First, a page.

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Why are Notes of the Tonal Scale Called "Do, Re, Mi" etc.?

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Solmization, or the practice of assigning syllables to the different “steps” of the scale, originated in ancient India. Fast forward a few thousand years, when Isidore, the Archbishop of Seville during the sixth century, lamented that "Unless sounds are remembered, they perish, for they cannot be written down." A Benedictine monk who was also a master of music named Guido d'Arezzo set to work to prevent so many sacred tunes from being lost. 

Brother Guido was familiar with solmization, and noted that most of the Gregorian chants popular at that time could easily be learned by singers if they could see the tone progression up and down the scale, and associate it with the sound. He assigned the notes of the scale—C, D, E, F, G, A, B, C—a syllable: Do, Re, Mi, Fa, Sol, La, Ti, Do. (We know what you're thinking: Yes, it actually is SOL—it's traditionally written that way when the tonic notes are spelled out, and often referred to as the "sol-fa scale" colloquially—but that final L is hard to hear thanks to the LA that follows.)

Those weren’t just random sounds he chose; they came from “Ut Queant Laxis,” a well-known hymn of the Middle Ages that was chanted for vespers. Each succeeding line of the song started one note higher than the previous one, so Guido used the first letters of each word of each line: UT queant laxis, REsonare fibris: MIre gestorum , FAmuli tuorum: SOLve, etc. “Ut” was eventually deemed too difficult pronounce and was changed to “Do.”

Did the Guido method work? Well, as Rodgers and Hammerstein later put it, “When you know the notes to sing, you can sing most anything!”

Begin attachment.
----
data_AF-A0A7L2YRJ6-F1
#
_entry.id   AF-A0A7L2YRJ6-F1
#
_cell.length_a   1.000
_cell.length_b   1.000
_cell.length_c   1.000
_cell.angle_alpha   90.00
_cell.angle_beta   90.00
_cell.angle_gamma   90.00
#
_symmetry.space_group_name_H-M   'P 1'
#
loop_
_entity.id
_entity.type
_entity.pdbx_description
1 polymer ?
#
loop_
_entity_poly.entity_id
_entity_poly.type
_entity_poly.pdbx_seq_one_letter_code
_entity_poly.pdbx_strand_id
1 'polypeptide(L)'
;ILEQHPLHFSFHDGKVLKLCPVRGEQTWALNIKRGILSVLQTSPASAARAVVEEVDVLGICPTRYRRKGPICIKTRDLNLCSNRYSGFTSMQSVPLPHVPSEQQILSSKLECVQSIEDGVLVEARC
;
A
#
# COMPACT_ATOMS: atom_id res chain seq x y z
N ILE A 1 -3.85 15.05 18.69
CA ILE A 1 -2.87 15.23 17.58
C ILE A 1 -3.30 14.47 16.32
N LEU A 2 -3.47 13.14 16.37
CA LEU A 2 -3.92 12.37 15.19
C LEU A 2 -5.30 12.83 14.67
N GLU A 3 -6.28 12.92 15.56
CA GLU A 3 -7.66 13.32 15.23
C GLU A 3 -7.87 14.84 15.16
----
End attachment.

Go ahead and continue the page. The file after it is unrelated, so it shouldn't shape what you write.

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Big Questions
What Is the Difference Between Generic and Name Brand Ibuprofen?
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What is the difference between generic ibuprofen vs. name brands?

Yali Friedman:

I just published a paper that answers this question: Are Generic Drugs Less Safe than their Branded Equivalents?

Here’s the tl;dr version:

Generic drugs are versions of drugs made by companies other than the company which originally developed the drug.

To gain FDA approval, a generic drug must:

  • Contain the same active ingredients as the innovator drug (inactive ingredients may vary)
  • Be identical in strength, dosage form, and route of administration
  • Have the same use indications
  • Be bioequivalent
  • Meet the same batch requirements for identity, strength, purity, and quality
  • Be manufactured under the same strict standards of FDA's good manufacturing practice regulations required for innovator products

I hope you found this answer useful. Feel free to reach out at www.thinkbiotech.com. For more on generic drugs, you can see our resources and whitepapers at Pharmaceutical strategic guidance and whitepapers

This post originally appeared on Quora. Click here to view.

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Big Questions
Do Cats Fart?
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Certain philosophical questions can invade even the most disciplined of minds. Do aliens exist? Can a soul ever be measured? Do cats fart?

While the latter may not have weighed heavily on some of history’s great brains, it’s certainly no less deserving of an answer. And in contrast to existential queries, there’s a pretty definitive response: Yes, they do. We just don’t really hear it.

According to veterinarians who have realized their job sometimes involves answering inane questions about animals passing gas, cats have all the biological hardware necessary for a fart: a gastrointestinal system and an anus. When excess air builds up as a result of gulping breaths or gut bacteria, a pungent cloud will be released from their rear ends. Smell a kitten’s butt sometime and you’ll walk away convinced that cats fart.

The discretion, or lack of audible farts, is probably due to the fact that cats don’t gulp their food like dogs do, leading to less air accumulating in their digestive tract.

So, yes, cats do fart. But they do it with the same grace and stealth they use to approach everything else. Think about that the next time you blame the dog.

Have you got a Big Question you'd like us to answer? If so, let us know by emailing us at bigquestions@mentalfloss.com.

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